Romney is now in the Senate, where he was the only Republican who voted to remove Trump from office during both of his impeachments and, recently, was the only Republican to vote against repealing Joe Biden’s mask mandate.

He also, of course, supports Mitch McConnell and his party’s agenda. If you don’t agree with that, it’s hard to get all that nostalgic about what might have been. But the one lesson I take away from my Seamus period is that there are some things that are way worse than boring.

Gail Collins, I Was Wrong About Mitt Romney (and His Dog)

… about Trump voters, 2016

What Trump’s supporters saw was a candidate whose entire being was a proudly raised middle finger at a self-satisfied elite that had produced a failing status quo.

I was blind to this … I belonged to a social class that my friend Peggy Noonan called “the protected.” My family lived in a safe and pleasant neighborhood. Our kids went to an excellent public school. I was well paid, fully insured, insulated against life’s harsh edges.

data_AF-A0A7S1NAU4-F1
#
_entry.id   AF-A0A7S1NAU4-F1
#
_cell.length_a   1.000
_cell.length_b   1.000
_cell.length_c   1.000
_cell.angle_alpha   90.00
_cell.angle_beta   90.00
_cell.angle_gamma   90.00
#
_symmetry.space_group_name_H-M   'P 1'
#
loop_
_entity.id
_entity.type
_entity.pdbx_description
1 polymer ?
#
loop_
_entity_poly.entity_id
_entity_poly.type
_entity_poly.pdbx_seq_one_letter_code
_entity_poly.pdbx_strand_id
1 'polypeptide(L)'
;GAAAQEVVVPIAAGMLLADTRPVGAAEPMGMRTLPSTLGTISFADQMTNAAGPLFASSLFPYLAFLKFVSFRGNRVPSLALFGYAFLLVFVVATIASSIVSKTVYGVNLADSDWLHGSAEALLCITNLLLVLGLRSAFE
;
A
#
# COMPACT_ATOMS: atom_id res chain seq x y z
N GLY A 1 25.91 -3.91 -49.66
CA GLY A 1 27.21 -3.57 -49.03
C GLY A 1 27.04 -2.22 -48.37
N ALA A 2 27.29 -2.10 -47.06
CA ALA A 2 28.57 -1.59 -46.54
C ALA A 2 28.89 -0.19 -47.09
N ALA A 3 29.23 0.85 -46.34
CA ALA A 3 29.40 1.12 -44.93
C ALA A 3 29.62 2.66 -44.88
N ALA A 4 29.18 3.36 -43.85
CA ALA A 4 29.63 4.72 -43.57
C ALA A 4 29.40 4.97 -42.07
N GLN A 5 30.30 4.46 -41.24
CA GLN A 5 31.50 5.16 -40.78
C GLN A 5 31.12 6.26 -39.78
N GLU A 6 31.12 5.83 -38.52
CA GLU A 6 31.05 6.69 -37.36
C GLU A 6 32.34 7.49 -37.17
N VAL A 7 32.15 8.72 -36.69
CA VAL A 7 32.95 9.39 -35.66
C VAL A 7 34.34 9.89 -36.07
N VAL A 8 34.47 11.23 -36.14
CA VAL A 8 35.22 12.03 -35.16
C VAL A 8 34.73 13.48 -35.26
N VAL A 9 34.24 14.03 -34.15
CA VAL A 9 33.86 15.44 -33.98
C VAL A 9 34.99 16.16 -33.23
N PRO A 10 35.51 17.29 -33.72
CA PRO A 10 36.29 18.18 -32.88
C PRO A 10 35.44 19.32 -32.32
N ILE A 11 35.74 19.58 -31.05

Trump’s appeal, according to Noonan, was largely to people she called “the unprotected.” Their neighborhoods weren’t so safe and pleasant. Their schools weren’t so excellent. Their livelihoods weren’t so secure. Their experience of America was often one of cultural and economic decline, sometimes felt in the most personal of ways.

It was an experience compounded by the insult of being treated as losers and racists —clinging, in Obama’s notorious 2008 phrase, to “guns or religion or antipathy toward people who aren’t like them.”

No wonder they were angry.

Bret Stephens, I Was Wrong About Trump Voters

Wordplay

  1. TQIA++ nutters — (From Andrew Sullivan)

This appears to refer to people who can’t seem to help noticing the differences between LGB and the ever-expanding suffix.

Katie Herzog tacitly recognizes the the reflex to conflate different, um, sexual minorities:

“I heard on NPR that monkeypox is disproportionately impacting the ‘LGBTQ community’ but I’m pretty sure the population of lesbians who frequent bathhouses is approximately zero. … just as we are for all STIs besides bed death,” – Katie Herzog.

I’d never heard of "bed death." Turns out she’s alluding to this: